Save Money on Heating Fuel Overnight
While brainstorming ways to save money on heating fuel costs this winter, one of the ideas that my husband and I came up with was to lower our thermostat at night while the family is sleeping.
We’d have to make an initial investment by purchasing new bedding and warm sleepwear, but would recover the money invested in fuel savings. But would we really save money on heating fuel?
The answer is yes, and you can too. Let’s break down the rationale behind bulking up to cut down.
Is Bedding Really an Investment?
You may be wondering, "Is it a good move to spend money on bedding and warm sleepwear in the hopes of saving on heating costs?" You bet!
The money spent on these supplies is a one-time investment, meaning you pay one time and you have something permanently. Money spent on heating is not a one-time expense, but a recurring expense.
SAVE MORE: 13 Ways to Save Energy and Cut Utility Bills
That means if you pay to have heat today, you have heat today only. If you don’t pay tomorrow, you don’t have heat tomorrow. With this in mind, we can see that making a one-time investment now in warmer supplies will allow you to lower your heating costs forever. What a winning equation!
Invest: "To put (money) to use, by purchase or expenditure, in something offering potential profitable returns, as interest, income, or appreciation in value."
-Dictionary.com Unabridged (v 1.1). Random House, Inc.
Learning What Our Parents Figured Out About Heating Costs
This isn’t the first time people have been concerned about saving on heating costs, and we can learn a lot from looking back about 30 years in the history books. During the oil crisis of the 1970s, families were using similar strategies to reduce their use of heating fuel. President Carter spoke publicly about reducing thermostat temperatures.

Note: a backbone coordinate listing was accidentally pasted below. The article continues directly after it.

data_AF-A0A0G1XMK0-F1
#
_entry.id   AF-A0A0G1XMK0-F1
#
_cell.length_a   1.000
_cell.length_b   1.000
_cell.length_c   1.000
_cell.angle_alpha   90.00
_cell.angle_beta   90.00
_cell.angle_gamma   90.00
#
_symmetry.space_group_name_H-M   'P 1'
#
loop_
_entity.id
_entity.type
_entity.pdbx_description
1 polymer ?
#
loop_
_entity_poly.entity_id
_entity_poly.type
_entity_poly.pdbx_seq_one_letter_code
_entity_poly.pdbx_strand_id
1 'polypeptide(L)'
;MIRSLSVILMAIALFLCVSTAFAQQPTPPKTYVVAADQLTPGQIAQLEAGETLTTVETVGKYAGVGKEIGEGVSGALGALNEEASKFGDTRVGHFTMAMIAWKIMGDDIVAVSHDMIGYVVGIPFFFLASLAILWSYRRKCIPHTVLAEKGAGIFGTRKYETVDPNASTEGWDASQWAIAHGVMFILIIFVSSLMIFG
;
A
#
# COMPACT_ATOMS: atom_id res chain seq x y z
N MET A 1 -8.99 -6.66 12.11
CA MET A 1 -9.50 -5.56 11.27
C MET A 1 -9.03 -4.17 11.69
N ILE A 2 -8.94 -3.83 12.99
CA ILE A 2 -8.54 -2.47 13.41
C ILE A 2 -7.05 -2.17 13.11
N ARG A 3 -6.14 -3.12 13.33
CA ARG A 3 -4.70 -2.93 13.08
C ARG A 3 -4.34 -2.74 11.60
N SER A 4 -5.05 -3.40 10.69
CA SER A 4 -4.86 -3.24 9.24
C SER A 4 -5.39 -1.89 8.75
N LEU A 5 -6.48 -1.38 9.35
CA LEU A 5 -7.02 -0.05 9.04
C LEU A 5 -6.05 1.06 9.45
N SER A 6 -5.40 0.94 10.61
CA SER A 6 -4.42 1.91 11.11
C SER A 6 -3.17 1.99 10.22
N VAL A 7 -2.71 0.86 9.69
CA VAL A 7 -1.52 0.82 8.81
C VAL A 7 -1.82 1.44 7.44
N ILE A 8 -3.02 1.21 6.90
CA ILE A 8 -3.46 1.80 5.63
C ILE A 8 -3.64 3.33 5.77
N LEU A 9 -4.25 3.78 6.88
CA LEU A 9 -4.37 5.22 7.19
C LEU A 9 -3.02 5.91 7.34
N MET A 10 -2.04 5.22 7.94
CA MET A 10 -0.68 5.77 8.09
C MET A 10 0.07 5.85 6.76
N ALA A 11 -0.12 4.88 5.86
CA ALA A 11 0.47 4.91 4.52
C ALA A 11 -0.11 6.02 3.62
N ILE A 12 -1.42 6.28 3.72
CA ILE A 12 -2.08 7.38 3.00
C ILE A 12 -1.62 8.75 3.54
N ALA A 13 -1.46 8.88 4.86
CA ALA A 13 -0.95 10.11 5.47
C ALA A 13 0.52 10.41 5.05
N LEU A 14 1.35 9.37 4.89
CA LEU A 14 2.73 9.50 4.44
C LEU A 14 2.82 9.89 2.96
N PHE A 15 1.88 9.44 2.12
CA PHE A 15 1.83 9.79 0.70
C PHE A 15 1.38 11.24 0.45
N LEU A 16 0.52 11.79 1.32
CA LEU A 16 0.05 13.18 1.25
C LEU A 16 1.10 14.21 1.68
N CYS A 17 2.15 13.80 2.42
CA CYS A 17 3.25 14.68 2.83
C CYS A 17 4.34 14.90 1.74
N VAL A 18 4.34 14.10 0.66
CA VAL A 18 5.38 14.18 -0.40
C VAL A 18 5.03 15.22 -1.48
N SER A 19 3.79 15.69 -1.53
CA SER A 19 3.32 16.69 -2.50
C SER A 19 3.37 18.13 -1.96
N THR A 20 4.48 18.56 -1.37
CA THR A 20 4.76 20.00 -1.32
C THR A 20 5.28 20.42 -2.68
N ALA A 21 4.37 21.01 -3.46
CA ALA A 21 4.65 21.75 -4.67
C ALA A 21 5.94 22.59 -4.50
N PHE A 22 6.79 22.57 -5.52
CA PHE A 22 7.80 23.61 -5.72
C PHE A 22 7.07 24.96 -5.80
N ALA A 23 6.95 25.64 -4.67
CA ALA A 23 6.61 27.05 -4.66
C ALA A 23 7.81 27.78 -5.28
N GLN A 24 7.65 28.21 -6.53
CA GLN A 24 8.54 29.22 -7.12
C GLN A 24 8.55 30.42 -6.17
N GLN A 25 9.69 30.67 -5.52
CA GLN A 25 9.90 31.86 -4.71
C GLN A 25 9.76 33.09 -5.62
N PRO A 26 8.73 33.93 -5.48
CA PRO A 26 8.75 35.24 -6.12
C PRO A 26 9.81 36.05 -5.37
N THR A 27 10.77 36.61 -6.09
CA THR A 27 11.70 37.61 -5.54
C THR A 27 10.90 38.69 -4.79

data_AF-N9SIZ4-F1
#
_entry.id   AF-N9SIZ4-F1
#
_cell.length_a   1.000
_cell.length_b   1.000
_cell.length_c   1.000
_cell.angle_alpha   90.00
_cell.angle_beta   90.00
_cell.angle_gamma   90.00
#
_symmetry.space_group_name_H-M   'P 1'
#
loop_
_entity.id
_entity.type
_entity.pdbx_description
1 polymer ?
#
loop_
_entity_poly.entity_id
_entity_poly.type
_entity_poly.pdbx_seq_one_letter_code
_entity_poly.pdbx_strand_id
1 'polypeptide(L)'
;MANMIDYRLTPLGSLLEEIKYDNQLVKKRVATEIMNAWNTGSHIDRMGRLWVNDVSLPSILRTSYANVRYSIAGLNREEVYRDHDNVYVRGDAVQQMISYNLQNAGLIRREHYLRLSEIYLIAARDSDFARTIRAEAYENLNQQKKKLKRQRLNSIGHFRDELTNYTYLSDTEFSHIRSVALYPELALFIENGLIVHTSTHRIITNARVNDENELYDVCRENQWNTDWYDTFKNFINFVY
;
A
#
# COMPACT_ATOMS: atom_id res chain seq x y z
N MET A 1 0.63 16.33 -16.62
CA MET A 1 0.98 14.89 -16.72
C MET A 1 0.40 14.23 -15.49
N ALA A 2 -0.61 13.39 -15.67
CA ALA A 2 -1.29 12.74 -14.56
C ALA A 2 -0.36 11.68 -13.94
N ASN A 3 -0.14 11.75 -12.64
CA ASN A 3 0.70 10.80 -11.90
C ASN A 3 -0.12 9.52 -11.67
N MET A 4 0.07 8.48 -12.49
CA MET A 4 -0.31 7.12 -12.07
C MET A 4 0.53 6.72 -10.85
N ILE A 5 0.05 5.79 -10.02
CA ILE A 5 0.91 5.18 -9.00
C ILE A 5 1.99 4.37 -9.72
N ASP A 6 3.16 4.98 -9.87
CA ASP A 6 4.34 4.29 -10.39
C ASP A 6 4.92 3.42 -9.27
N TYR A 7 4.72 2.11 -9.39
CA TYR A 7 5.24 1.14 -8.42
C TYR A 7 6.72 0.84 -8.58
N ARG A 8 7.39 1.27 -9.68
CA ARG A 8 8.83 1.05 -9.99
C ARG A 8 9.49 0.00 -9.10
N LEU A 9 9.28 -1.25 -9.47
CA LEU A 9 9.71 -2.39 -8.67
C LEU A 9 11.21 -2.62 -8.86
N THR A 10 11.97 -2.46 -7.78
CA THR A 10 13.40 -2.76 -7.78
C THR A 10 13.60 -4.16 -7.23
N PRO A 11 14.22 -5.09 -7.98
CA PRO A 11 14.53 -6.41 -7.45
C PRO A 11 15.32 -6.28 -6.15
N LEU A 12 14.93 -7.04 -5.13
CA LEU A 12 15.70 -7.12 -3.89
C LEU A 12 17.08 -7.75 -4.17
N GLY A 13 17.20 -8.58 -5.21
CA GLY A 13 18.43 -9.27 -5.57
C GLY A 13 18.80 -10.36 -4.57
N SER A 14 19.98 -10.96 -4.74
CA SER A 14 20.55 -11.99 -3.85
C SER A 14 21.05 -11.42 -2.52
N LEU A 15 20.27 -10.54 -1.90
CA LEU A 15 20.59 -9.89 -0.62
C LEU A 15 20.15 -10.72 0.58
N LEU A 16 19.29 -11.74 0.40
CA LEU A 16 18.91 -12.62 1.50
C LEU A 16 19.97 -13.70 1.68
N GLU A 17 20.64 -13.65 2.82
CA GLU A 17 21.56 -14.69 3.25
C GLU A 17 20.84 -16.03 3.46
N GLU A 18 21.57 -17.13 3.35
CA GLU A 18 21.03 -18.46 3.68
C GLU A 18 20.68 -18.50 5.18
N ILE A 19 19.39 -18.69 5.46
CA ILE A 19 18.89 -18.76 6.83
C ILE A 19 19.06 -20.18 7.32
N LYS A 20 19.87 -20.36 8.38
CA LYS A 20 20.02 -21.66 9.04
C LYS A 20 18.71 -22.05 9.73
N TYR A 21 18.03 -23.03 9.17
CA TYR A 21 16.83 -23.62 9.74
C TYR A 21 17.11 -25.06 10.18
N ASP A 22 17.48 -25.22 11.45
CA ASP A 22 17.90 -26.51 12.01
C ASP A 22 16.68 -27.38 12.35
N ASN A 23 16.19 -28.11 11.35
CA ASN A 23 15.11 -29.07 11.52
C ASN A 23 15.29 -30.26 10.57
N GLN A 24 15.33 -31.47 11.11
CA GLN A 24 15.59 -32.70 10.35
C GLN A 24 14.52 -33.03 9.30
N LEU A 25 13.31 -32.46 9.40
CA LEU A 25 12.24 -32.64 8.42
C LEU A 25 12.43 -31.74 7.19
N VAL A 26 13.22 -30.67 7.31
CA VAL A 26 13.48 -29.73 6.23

Zolton Cohen at HowStuffWorks wrote a great article about this very subject called "How to Conserve Energy at Home". In it he said,
"Because space heating constitutes the largest energy expenditure in many homes, even a little conservation of heating fuel goes a long way toward achieving a lower utility bill. Dialing down the thermostat one degree during the winter can result in about 1 to 3 percent less fuel use, and a similar reduction in your heating bill."
1% to 3% may not seem like much of a savings for sacrificing 1 degree of heat, but remember that the price of heating oil is currently $4 per gallon and is estimated to reach $7 per gallon mid-winter! This outrageous heating fuel price is forcing hundreds of families where I live (in Alaska) to sell their homes and move to warmer locations. It’s a matter of survival; they simply can’t afford heating fuel any longer.
SAVE MORE: Top Energy Wasters in Your Home
With that in mind, every degree people can sacrifice will return great savings in energy costs and will definitely be worth it!
"A furnace or boiler has to maintain a differential in temperature between the inside of the house and the outdoors in order for the house to feel comfortable. On cold days that difference can be as much as 50 to 60 degrees (say, 20 outside and 70 inside). Any time the differential can be reduced, even by a degree or two, the heating system comes on less often, less fuel is burned, and savings result. The downside of turning down a thermostat, of course, is that the house is cooler. But Carter had a solution for that — simply slip on a sweater. That makes sense, too. Instead of turning up the heat to increase the overall warmth in the huge volume of space inside the house, you can simply increase your personal insulation to help retain body heat.